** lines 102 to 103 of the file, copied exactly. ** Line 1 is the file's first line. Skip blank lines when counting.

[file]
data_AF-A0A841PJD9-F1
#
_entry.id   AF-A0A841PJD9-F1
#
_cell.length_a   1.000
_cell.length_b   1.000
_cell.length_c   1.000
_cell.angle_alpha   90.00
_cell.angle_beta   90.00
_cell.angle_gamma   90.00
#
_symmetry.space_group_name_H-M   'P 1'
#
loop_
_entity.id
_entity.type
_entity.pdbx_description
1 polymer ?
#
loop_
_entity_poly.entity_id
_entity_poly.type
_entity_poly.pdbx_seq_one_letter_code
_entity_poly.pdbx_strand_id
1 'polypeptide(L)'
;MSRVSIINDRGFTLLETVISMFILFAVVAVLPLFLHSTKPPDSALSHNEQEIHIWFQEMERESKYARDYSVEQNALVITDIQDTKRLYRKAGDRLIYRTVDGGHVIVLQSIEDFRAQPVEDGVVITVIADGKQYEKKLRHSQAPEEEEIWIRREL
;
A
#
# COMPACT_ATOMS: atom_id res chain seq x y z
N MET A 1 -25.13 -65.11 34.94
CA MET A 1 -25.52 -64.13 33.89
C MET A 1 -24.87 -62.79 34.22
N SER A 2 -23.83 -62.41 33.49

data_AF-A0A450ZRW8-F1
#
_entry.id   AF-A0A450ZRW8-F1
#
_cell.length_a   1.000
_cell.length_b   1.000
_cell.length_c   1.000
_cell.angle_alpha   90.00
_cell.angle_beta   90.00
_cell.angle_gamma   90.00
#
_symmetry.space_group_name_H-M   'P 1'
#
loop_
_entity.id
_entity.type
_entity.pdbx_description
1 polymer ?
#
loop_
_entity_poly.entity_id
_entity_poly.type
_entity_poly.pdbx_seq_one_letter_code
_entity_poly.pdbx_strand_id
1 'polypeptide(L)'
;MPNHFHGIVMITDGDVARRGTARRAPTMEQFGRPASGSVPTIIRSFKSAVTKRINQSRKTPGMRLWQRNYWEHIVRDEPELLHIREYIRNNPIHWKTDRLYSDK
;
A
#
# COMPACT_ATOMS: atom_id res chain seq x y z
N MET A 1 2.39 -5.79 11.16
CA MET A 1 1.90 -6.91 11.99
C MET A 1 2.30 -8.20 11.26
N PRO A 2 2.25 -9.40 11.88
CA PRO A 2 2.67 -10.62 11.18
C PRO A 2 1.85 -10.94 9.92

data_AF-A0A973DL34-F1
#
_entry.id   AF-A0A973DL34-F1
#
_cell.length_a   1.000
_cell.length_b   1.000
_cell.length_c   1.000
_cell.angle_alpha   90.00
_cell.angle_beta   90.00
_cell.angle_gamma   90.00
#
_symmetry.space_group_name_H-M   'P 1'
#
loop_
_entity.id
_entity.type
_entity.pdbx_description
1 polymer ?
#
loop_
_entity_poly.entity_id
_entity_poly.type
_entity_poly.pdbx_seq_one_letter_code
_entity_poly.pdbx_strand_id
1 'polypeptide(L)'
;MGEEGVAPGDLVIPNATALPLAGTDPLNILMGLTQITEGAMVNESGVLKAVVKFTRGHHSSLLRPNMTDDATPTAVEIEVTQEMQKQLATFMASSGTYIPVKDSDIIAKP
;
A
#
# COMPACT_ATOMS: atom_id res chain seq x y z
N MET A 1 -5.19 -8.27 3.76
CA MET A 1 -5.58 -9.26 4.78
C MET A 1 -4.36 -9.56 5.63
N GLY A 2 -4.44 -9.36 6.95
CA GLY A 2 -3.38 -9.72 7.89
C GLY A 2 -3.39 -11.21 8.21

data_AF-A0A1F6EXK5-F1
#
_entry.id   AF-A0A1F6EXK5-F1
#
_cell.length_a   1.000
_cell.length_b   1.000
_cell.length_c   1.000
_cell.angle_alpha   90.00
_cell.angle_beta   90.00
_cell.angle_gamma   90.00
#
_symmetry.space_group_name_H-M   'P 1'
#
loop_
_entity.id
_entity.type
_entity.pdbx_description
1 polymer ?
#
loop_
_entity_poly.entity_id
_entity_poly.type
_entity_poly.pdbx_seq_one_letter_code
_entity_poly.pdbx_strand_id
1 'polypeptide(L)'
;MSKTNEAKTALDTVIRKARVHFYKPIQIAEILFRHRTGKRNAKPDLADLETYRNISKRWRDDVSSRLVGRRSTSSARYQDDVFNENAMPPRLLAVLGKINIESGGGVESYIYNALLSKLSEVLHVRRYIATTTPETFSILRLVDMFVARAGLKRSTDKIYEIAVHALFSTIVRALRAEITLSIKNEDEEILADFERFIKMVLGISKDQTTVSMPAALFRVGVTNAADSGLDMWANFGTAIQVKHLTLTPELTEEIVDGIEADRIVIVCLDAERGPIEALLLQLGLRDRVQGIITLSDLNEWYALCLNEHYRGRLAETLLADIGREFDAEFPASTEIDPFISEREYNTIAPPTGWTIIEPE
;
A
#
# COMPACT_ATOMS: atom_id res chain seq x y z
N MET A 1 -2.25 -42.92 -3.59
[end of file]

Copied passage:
CA MET A 1 -5.58 -9.26 4.78
C MET A 1 -4.36 -9.56 5.63